1 min read.Updated: 14 May 2021, 01:20 AM ISTLeroy Leo
State government borrowings plunged 54% in the first two months of FY22 from a year ago despite the coronavirus pandemic wrecking their finances, as many states turned to cash reserves, tax transfers and central bank advances rather than market borrowings
Antibodies produced by AstraZeneca’s Covishield vaccine can limit the severity of covid-19 as well as prevent deaths in individuals who have received both the doses, a study by the Indian Council of Medical Research (ICMR) concluded.
This is despite the fact the ability of antibodies in a person receiving the Covishield jabs is reduced when it comes to neutralizing the double mutant variant of the virus as compared to the original strain. “A pair-wise comparison... demonstrated a significant twofold reduction in the neutralization titer of B.1.617.1 (mutant strain first discovered in Maharashtra) compared to B.1 variant (original strain found in Wuhan)" in those receiving Covishield, the paper said.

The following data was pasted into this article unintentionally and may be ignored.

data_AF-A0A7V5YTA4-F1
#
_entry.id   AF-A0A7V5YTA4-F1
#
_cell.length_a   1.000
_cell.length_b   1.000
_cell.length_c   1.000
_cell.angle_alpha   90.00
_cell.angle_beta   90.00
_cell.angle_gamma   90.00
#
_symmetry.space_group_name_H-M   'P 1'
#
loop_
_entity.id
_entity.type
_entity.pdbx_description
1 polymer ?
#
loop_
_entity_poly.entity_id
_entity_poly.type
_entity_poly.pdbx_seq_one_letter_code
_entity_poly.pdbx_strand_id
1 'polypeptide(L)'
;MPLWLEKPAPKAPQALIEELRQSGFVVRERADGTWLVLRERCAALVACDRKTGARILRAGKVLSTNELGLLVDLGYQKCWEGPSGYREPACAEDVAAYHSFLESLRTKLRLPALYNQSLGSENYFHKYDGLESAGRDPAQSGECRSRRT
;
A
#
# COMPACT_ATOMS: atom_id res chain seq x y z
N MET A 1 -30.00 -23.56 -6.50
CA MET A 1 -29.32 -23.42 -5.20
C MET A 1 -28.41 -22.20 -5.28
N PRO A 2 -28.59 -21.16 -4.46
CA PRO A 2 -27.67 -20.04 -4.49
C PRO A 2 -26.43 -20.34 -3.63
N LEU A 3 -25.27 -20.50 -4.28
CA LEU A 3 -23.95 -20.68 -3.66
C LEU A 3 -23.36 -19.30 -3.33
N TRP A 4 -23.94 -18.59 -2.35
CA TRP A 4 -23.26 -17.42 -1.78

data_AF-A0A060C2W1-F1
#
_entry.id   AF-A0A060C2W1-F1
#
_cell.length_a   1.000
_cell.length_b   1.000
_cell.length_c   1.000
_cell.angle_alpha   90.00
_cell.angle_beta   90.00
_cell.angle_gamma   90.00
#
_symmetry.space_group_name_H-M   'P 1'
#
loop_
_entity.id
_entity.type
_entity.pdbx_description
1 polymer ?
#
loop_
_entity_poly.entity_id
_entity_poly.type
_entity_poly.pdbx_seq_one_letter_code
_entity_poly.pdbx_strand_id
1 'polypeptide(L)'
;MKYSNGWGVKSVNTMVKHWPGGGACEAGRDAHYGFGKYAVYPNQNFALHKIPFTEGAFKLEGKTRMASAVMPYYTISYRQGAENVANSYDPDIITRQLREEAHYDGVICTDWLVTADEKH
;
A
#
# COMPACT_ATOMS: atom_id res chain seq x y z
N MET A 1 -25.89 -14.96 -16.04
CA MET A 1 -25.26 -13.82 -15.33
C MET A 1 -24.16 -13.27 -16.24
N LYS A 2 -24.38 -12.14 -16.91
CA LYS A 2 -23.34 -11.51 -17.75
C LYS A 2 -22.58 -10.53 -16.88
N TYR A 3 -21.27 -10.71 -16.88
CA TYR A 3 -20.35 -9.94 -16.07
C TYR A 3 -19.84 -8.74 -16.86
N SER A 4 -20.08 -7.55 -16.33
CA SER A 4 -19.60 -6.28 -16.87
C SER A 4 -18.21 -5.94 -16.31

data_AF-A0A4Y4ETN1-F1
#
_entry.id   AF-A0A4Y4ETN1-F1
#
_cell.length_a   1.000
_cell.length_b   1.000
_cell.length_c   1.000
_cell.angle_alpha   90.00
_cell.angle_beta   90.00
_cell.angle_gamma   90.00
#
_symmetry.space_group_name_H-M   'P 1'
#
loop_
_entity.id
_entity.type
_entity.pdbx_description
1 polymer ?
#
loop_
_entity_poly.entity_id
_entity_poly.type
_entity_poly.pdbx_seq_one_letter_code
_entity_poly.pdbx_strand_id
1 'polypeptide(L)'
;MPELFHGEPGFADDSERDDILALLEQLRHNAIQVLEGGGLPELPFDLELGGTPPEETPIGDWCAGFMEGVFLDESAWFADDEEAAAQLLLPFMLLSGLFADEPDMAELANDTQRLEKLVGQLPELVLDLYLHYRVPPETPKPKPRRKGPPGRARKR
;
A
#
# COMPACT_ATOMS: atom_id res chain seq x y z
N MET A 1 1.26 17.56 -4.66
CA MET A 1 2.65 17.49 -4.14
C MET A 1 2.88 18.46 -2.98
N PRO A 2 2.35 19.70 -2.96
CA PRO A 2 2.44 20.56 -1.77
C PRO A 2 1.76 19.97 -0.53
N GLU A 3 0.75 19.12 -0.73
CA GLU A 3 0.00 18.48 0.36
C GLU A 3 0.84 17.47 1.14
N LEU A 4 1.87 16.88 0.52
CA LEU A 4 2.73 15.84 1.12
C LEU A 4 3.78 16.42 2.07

But in spite of this, it said, “Covishield vaccine-induced antibodies are likely to be protective, limiting the severity and mortality of the disease in the vaccinated individuals."
The research paper, which is yet to be peer-reviewed, was published on bioRxiv, a portal for research pre-prints, on Wednesday. The preliminary lab study was conducted on the blood serum of 43 people who had no history of covid and another 18 people who recovered from the disease. The serum was collected four weeks after the second dose.
The results showed that recovered patients who had received Covishield had a higher antibody response against both variants as compared to those who weren’t infected. And the immune response was better against the original strain as compared to the mutant strain.
The WHO has called B.1.617 a “variant of concern", meaning the mutant strain and its sublineages (B.1.617.1, B.1.617.2 and B.1.617.3) appear to have higher rates of transmission. The strain was first discovered in Maharashtra in October.
Serum Institute did not respond to emailed queries seeking comment till press time.